Florial 31.1% 10.5% ? ? ? ?
Williams 27.3% 3.7% 28.8% 4.5% +1.5% +0.8%
Clark 26.0% 14.1% 24.8% 17.2% -1.2% +3.1%
Mazara 21.7% 11.8% 18.3% 9.3% -3.4% -2.5%
Dahl 19.0% 4.8% 16.8% 5.1% -2.2% +0.3%
McKinney 18.4% 11.2% 13.9% 10.2% -4.5% -1.0%
Meadows 17.6% 10.1% 14.4% 7.4% -3.2% -2.7%
Tucker 16.3% 10.1% 20.8% 8.8% +4.5% -1.3%
Winker 15.4% 13.0% 19.9% 15.8% +4.5% +2.8%
Verdugo 12.0% 3.9% 12.7% 8.3% +0.7% +4.4%

Florial has the highest strikeout by far. He’s over 30% while no one else was over 27.5%, and only two others were over 22.0%. Also, Florial’s walk rate, while impressive, is not exactly uncommon. Six of our nine comparable outfield prospects also had double digit walk rates in their age 19 season. Most saw a decline in walk rate in their age 20 season, which makes sense. They moved up a level, where pitchers are better and throw more strikes.

I suppose the encouraging thing is five of our nine comparable prospects lowered their strikeout rate in their age 20 season while another (Verdugo) saw basically no change. If there’s a reason to believe Florial can improve his strikeout rate, it’s his experience, or lack thereof. He didn’t play much baseball growing up — Haiti is not a baseball country at all — so the hope is the more he plays, the more adjustments he’ll make. That’s the hope.

* * *

I was surprised to see so few prospects with Florial’s profile, that speed/defense/raw tools guy with questionable contact rates. Seems like there are lots of those guys in the minors. I guess a bunch are right-handed hitters or middle infielders though, or didn’t play a full season in Single-A at age 19. Whatever. Point is, a left-handed hitting outfielder with Florial’s tools and contact issues is surprisingly uncommon. He’s probably not going to climb the ladder quickly, though there is at least some hope the contact rate will improve.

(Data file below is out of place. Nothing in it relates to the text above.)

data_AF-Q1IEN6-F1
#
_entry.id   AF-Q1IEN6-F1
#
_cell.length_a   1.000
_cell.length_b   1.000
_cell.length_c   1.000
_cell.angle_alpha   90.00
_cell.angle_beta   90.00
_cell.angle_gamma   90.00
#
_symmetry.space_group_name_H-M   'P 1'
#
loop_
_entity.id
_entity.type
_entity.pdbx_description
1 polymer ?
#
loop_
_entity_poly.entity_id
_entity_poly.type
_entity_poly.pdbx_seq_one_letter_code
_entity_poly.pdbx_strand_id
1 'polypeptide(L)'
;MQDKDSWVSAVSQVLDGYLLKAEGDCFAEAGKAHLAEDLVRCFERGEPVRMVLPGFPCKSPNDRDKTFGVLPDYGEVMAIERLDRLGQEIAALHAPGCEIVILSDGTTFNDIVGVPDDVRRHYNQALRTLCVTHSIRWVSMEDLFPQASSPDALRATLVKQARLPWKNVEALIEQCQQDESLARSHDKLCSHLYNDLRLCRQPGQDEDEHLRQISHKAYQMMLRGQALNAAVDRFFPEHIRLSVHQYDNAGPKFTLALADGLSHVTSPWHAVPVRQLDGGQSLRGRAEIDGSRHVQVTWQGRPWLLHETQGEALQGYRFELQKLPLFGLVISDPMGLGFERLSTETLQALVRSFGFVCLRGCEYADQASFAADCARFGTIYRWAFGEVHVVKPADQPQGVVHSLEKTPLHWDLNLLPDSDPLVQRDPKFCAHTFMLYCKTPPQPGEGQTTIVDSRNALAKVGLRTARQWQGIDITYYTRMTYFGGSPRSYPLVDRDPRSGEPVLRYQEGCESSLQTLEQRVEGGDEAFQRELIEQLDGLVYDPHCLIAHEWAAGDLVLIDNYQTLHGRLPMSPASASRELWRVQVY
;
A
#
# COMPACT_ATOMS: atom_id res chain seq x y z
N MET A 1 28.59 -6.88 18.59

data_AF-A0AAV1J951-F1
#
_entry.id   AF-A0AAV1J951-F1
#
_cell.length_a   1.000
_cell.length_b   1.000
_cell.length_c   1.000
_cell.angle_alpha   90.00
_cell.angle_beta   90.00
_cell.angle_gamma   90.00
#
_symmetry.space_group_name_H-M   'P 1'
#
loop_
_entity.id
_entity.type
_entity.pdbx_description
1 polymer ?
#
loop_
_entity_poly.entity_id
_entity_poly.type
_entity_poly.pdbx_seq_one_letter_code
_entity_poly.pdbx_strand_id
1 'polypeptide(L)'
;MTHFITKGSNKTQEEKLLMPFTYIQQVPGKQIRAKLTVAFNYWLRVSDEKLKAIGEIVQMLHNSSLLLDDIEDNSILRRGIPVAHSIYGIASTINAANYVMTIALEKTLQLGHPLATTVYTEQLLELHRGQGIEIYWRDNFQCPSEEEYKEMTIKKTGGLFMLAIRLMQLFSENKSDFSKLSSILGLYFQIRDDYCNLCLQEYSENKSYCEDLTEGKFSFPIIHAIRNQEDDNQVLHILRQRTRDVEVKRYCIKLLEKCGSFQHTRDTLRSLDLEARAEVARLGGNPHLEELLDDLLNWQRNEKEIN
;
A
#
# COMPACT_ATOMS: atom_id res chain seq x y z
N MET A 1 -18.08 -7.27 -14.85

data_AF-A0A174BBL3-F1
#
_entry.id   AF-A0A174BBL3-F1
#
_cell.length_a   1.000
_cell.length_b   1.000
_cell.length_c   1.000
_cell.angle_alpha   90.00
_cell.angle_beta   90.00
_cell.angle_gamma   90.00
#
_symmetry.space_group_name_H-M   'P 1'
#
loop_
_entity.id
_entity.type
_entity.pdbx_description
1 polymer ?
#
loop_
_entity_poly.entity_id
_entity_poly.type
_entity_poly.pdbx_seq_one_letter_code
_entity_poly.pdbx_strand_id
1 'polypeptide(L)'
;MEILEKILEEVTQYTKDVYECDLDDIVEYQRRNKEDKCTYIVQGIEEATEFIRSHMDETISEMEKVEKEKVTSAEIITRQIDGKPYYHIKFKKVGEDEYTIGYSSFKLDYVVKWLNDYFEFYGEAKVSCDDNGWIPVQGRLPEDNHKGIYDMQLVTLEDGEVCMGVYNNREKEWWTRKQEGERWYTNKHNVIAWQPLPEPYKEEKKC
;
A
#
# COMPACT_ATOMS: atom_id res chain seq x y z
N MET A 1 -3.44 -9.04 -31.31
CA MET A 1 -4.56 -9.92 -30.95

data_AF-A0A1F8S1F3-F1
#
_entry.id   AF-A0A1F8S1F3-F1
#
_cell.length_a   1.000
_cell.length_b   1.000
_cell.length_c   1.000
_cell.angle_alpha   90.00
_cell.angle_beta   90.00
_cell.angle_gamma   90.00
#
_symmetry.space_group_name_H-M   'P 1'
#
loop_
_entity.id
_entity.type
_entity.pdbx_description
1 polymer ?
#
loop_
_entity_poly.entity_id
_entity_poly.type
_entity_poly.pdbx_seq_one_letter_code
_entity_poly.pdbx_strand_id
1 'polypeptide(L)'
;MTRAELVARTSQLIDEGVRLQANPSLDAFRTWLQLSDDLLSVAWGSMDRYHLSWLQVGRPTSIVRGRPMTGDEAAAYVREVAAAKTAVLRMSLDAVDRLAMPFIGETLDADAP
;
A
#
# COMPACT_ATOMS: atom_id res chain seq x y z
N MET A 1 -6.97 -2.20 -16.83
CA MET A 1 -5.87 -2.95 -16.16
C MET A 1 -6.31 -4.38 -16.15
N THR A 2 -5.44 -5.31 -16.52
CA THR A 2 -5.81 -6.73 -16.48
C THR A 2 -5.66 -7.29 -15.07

The Yankees like Florial enough that he was reportedly off-limits in trade talks this offseason — and supposedly at the trade deadline as well — so while he is unrefined and his contact issues are a concern, they’re willing to be patient with him. After all, the Yankees helped another toolsy minor leaguer with swing-and-miss issues become an MVP candidate recently. Be patient with Florial and the reward could be considerable.
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Postby BigGuy » Thu Feb 08, 2018 11:51 am

Yankees pitching prospect has surgery scare, source says

Updated 11:32 AM; Posted 11:31 AM

Yankees pitching prospect Albert Abreu. (Zach Bland | Charleston RiverDogs)

By Brendan Kuty bkuty@njadvancemedia.com,
NJ Advance Media for NJ.com

Yankees pitching prospect Albert Abreu had appendix surgery Wednesday, a source told NJ Advance Media.

He's expected to leave the hospital Friday, the source said.

Baseball America ranks Abreu the Yankees' No. 6 overall prospect and the 77th best in the game. According to MLB.com, Abreu finished 2017 as the team's No. 7 prospect and he'll go into 2018 as No. 74 in the game.